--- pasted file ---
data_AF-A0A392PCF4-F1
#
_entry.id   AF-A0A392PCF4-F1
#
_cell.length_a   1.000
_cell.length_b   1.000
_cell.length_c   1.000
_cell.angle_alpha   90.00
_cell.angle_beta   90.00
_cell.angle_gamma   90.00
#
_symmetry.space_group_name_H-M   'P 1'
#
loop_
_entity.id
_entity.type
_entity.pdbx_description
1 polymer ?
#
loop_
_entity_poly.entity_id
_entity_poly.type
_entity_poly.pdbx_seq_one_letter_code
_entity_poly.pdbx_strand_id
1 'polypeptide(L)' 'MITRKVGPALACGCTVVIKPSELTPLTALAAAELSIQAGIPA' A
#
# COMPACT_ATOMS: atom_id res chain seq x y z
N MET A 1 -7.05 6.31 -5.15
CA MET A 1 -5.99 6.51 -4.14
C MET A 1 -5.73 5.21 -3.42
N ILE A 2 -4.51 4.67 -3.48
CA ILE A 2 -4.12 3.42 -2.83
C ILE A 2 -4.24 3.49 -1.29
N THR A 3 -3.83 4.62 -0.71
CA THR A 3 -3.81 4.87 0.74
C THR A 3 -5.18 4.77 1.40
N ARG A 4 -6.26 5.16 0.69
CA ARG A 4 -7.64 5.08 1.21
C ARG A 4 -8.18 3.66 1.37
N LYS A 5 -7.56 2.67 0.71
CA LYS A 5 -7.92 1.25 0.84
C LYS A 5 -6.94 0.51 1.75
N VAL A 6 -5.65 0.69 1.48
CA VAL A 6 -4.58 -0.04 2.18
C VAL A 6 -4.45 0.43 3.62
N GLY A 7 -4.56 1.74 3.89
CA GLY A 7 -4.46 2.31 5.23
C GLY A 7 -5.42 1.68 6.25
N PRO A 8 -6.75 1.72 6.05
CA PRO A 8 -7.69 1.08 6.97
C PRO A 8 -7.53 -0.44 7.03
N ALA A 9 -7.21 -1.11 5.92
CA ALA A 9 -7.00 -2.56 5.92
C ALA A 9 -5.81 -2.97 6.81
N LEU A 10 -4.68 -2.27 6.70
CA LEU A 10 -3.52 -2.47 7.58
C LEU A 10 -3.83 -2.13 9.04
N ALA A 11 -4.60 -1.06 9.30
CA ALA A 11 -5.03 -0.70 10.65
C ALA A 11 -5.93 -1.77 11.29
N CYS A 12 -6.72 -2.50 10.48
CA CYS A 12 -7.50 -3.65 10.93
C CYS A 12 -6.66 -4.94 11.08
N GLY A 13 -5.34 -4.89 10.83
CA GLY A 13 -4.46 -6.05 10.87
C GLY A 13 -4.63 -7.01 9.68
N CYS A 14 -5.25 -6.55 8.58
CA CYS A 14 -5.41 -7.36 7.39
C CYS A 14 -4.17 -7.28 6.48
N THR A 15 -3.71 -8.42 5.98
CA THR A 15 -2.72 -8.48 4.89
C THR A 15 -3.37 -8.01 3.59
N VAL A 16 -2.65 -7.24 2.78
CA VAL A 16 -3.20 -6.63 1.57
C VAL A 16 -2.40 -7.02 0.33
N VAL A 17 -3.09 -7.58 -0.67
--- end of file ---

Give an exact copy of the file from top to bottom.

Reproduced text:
data_AF-A0A392PCF4-F1
#
_entry.id   AF-A0A392PCF4-F1
#
_cell.length_a   1.000
_cell.length_b   1.000
_cell.length_c   1.000
_cell.angle_alpha   90.00
_cell.angle_beta   90.00
_cell.angle_gamma   90.00
#
_symmetry.space_group_name_H-M   'P 1'
#
loop_
_entity.id
_entity.type
_entity.pdbx_description
1 polymer ?
#
loop_
_entity_poly.entity_id
_entity_poly.type
_entity_poly.pdbx_seq_one_letter_code
_entity_poly.pdbx_strand_id
1 'polypeptide(L)' 'MITRKVGPALACGCTVVIKPSELTPLTALAAAELSIQAGIPA' A
#
# COMPACT_ATOMS: atom_id res chain seq x y z
N MET A 1 -7.05 6.31 -5.15
CA MET A 1 -5.99 6.51 -4.14
C MET A 1 -5.73 5.21 -3.42
N ILE A 2 -4.51 4.67 -3.48
CA ILE A 2 -4.12 3.42 -2.83
C ILE A 2 -4.24 3.49 -1.29
N THR A 3 -3.83 4.62 -0.71
CA THR A 3 -3.81 4.87 0.74
C THR A 3 -5.18 4.77 1.40
N ARG A 4 -6.26 5.16 0.69
CA ARG A 4 -7.64 5.08 1.21
C ARG A 4 -8.18 3.66 1.37
N LYS A 5 -7.56 2.67 0.71
CA LYS A 5 -7.92 1.25 0.84
C LYS A 5 -6.94 0.51 1.75
N VAL A 6 -5.65 0.69 1.48
CA VAL A 6 -4.58 -0.04 2.18
C VAL A 6 -4.45 0.43 3.62
N GLY A 7 -4.56 1.74 3.89
CA GLY A 7 -4.46 2.31 5.23
C GLY A 7 -5.42 1.68 6.25
N PRO A 8 -6.75 1.72 6.05
CA PRO A 8 -7.69 1.08 6.97
C PRO A 8 -7.53 -0.44 7.03
N ALA A 9 -7.21 -1.11 5.92
CA ALA A 9 -7.00 -2.56 5.92
C ALA A 9 -5.81 -2.97 6.81
N LEU A 10 -4.68 -2.27 6.70
CA LEU A 10 -3.52 -2.47 7.58
C LEU A 10 -3.83 -2.13 9.04
N ALA A 11 -4.60 -1.06 9.30
CA ALA A 11 -5.03 -0.70 10.65
C ALA A 11 -5.93 -1.77 11.29
N CYS A 12 -6.72 -2.50 10.48
CA CYS A 12 -7.50 -3.65 10.93
C CYS A 12 -6.66 -4.94 11.08
N GLY A 13 -5.34 -4.89 10.83
CA GLY A 13 -4.46 -6.05 10.87
C GLY A 13 -4.63 -7.01 9.68
N CYS A 14 -5.25 -6.55 8.58
CA CYS A 14 -5.41 -7.36 7.39
C CYS A 14 -4.17 -7.28 6.48
N THR A 15 -3.71 -8.42 5.98
CA THR A 15 -2.72 -8.48 4.89
C THR A 15 -3.37 -8.01 3.59
N VAL A 16 -2.65 -7.24 2.78
CA VAL A 16 -3.20 -6.63 1.57
C VAL A 16 -2.40 -7.02 0.33
N VAL A 17 -3.09 -7.58 -0.67